Cortney Lamar CharlestonWebsite
Years: 2015, 2016
BiographyCortney Lamar Charleston is originally from South Holland, IL, a suburb of Chicago, and currently resides in Jersey City, NJ. He completed his undergraduate studies at the University of Pennsylvania, where he earned a BS in Economics from The Wharton School and a BA in Urban Studies from the College of Arts & Sciences. While at Penn, he served as president of its performance poetry collective, The Excelano Project. His poems have appeared in many publications, including Beloit Poetry Journal, Crab Orchard Review, Eleven Eleven, Fugue, Hayden's Ferry Review, The Iowa Review, The Journal, Pleiades, Rattle and Southern Humanities Review.
A BRIEF HISTORY OF POETRY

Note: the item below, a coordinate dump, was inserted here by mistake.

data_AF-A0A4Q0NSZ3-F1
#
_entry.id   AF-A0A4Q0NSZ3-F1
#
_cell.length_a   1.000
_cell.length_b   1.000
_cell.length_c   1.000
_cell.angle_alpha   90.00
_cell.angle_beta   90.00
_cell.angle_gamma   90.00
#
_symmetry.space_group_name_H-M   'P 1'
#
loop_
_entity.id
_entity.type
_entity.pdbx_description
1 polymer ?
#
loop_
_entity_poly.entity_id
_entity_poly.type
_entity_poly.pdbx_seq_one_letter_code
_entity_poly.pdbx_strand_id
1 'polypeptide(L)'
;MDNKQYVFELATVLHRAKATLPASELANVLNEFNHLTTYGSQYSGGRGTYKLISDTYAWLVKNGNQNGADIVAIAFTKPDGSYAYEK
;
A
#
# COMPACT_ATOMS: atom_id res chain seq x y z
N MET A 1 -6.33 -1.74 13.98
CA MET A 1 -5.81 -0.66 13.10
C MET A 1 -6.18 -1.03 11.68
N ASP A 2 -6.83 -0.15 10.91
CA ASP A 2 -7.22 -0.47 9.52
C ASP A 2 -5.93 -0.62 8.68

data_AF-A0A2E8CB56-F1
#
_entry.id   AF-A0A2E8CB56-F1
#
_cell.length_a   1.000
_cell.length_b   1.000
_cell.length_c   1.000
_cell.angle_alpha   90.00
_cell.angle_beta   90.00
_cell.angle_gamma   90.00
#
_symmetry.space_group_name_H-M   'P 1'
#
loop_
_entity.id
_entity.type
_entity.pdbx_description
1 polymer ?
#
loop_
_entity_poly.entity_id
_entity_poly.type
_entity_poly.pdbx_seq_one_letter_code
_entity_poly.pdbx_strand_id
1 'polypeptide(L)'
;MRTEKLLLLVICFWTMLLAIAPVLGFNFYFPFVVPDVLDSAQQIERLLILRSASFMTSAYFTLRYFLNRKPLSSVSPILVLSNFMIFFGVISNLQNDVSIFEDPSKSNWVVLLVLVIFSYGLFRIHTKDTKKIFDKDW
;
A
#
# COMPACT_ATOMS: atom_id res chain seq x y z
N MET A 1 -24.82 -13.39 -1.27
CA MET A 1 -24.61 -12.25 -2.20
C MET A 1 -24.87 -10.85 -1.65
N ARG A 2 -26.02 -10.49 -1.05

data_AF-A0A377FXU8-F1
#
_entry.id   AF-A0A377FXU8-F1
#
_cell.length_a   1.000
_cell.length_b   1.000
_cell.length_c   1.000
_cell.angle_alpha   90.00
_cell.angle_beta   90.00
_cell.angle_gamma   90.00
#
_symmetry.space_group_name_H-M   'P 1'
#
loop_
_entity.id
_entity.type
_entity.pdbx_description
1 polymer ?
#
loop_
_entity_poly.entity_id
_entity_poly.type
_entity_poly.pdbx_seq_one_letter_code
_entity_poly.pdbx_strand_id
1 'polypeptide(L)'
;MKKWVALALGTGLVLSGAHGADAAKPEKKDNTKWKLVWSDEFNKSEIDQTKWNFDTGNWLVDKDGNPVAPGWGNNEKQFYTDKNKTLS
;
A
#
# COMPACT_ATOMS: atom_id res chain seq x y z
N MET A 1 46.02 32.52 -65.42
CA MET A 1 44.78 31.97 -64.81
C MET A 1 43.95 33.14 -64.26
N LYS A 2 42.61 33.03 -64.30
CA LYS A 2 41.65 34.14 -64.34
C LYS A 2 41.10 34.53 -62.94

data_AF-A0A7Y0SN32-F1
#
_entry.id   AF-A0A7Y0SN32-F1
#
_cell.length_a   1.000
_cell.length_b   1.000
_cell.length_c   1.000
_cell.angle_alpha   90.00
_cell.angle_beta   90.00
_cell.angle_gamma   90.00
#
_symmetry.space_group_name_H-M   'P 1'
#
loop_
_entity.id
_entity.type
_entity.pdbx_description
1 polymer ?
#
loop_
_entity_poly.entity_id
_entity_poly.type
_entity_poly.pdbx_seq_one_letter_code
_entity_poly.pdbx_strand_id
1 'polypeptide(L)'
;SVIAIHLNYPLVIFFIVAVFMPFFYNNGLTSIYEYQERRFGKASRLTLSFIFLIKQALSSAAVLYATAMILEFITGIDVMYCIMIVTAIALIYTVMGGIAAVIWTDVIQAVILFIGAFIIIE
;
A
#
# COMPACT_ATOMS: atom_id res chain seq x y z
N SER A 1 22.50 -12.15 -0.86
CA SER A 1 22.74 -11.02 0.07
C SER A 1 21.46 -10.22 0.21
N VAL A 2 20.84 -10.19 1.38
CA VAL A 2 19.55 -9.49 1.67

after Dan AlbergottiAll day the boy sits behind the house with his dog; all day the dog sits with him. Well before then, the boy is dog himself: obedient, sharp-toothed thing. Sun-kissed boy. Too much kissed by sun, too much kissed early on. Forgets his sharp teeth. Forgets his animal, his beast, his chain of events that keeps him in the yard. Swoons to the song of chain in swish. Fetches after the orange ball like a good dog. Dog of sun. Dog of Jesus. Dog that kneels when told, genuflects on cue, that loves the sound of tambourines, of metals fracturing silence. He gets fed good meats. Plays with bones, or studies archaeology, as some may call it. Unearths. Devolves as he evolves. Hypothesizes he is mutt on his father’s side, probably of mixing by force. He is boy now, the smallness of men. Wants his own dog, no longer to be dog, wants to be man. Finally gets dog that he sits with behind the house, the house he gets moved from, made to mix by force of proximity. Finds himself having to kiss up because he is too sun-kissed to be down with the other boys. Doesn’t use the same words, or uses the same words differently. Can’t figure out if he is still barking or they are. All his old friends were his dogs, but he is boy now, so he thinks, not completely hip to his mouth re-learning the shape of certain words, why suddenly they interest him like the hind- quarters of a bitch, an instinct he should be beyond, may have accidentally taught himself, become dog again when his first dog died: when it had a stroke behind the house and he sat there with it until his father could cart it off to sleep. Published in Rattle, #46